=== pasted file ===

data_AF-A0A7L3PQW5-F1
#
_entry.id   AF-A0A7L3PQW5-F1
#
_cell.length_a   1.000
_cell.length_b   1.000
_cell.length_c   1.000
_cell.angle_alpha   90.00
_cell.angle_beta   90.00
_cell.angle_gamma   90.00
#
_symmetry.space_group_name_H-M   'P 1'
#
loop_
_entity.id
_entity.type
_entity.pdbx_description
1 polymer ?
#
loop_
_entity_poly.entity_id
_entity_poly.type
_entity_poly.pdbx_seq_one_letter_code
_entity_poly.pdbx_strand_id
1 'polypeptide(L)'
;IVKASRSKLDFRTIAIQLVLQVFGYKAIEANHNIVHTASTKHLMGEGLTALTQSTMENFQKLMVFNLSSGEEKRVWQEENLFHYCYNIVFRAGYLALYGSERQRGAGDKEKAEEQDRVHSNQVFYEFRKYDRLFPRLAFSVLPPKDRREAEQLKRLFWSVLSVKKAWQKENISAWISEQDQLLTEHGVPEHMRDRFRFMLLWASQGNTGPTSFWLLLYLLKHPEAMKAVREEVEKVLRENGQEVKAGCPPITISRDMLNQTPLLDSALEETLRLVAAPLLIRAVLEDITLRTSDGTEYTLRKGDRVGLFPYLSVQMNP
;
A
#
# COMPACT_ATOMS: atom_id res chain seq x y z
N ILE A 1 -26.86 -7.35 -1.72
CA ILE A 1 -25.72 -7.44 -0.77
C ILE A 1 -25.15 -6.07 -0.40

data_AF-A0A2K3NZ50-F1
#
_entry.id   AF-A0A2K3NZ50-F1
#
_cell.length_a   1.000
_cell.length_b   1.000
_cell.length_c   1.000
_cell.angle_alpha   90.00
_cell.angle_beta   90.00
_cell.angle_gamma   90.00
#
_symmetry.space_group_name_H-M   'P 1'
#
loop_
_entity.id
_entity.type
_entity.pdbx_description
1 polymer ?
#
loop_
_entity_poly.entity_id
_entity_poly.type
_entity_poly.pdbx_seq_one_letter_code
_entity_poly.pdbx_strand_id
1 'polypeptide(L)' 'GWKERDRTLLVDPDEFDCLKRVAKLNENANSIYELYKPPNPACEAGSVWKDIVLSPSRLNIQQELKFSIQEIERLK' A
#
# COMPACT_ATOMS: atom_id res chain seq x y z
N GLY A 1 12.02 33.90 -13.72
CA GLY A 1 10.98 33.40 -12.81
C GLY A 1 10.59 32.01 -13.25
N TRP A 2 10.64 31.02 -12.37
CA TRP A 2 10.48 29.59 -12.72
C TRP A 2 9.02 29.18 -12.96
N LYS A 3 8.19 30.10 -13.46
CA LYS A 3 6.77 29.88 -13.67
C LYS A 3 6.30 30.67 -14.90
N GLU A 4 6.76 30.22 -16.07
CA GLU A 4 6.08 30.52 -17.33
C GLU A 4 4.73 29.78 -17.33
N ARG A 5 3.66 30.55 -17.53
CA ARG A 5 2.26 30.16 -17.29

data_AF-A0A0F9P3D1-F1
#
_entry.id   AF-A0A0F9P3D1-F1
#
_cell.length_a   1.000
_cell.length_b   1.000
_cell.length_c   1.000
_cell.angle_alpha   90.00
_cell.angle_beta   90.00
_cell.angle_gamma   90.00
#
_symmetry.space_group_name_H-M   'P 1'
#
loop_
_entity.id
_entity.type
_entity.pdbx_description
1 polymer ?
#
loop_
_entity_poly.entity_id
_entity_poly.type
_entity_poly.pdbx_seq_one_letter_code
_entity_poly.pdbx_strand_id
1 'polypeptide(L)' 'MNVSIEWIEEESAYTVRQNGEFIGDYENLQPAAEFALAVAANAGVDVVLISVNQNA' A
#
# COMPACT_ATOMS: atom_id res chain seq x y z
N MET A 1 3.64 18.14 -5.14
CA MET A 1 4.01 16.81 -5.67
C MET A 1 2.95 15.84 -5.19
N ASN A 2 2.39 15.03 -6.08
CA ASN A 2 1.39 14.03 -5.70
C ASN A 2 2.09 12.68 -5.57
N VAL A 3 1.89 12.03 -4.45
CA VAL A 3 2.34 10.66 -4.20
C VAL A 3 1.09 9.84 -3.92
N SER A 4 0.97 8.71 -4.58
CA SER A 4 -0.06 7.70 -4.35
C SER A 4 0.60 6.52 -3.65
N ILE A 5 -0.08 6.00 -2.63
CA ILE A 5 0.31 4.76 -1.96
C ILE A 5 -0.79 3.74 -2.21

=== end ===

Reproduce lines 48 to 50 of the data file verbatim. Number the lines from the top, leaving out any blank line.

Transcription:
_entity.id
_entity.type
_entity.pdbx_description